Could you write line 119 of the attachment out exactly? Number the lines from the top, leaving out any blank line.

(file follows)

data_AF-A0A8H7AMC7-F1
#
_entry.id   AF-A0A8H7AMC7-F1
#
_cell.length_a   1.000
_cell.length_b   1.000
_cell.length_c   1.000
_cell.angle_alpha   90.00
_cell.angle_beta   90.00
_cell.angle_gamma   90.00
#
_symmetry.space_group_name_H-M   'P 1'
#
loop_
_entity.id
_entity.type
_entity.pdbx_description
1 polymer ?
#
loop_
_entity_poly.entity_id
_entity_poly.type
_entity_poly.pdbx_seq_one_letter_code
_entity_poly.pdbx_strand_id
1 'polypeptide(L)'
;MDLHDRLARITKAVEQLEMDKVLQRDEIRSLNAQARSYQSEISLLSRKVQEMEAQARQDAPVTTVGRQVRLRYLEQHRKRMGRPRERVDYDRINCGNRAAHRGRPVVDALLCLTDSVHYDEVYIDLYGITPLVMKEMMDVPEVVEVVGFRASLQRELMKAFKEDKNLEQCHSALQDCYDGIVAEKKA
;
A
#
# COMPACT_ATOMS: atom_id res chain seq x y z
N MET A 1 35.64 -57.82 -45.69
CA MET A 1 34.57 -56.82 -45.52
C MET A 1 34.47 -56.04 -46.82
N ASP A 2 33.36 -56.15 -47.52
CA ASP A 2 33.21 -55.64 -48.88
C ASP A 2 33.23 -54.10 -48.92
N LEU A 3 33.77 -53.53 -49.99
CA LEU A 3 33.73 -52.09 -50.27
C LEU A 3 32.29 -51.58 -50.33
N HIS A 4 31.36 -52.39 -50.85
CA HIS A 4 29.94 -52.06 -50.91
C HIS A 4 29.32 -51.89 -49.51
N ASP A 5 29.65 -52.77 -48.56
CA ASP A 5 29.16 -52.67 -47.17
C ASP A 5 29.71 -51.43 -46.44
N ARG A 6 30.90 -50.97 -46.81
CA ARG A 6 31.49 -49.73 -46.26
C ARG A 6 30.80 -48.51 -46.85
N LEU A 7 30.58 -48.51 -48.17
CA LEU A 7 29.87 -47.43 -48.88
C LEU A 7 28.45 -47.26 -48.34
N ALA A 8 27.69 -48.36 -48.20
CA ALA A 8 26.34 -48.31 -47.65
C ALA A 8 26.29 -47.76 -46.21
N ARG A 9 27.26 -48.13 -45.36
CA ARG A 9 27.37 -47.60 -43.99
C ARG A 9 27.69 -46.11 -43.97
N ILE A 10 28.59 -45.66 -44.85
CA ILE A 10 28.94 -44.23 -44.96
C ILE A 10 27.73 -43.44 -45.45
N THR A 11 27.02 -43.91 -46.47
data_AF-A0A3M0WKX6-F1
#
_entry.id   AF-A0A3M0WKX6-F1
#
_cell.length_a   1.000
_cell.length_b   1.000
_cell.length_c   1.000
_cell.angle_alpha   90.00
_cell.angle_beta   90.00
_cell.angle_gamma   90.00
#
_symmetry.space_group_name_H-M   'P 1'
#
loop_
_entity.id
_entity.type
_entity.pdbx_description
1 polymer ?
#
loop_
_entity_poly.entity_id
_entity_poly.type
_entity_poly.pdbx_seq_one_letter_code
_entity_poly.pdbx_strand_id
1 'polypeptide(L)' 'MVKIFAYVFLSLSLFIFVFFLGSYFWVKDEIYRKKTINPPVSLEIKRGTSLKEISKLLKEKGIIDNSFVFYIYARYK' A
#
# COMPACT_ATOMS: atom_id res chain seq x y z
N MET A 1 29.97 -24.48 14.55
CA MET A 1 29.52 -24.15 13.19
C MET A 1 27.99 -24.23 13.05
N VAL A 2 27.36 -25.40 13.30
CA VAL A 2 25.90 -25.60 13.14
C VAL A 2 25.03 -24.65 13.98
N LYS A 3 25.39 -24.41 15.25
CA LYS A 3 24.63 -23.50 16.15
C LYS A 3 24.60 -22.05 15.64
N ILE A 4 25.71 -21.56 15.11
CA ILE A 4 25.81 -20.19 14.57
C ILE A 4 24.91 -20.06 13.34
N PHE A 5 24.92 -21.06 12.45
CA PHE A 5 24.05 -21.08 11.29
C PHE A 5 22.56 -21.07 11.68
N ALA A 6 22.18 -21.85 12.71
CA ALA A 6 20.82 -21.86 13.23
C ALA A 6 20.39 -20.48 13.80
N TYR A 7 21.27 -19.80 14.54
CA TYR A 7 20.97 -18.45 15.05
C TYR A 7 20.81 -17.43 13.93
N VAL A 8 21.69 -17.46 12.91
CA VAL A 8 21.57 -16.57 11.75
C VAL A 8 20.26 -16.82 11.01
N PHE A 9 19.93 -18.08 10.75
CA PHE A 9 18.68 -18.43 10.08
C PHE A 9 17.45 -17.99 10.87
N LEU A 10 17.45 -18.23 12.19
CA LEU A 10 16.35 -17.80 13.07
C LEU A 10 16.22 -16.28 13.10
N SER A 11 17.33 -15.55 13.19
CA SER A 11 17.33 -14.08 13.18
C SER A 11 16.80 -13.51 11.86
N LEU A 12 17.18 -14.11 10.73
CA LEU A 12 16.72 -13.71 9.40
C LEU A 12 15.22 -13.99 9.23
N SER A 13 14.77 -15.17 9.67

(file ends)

N SER A 11 17.33 -15.55 13.19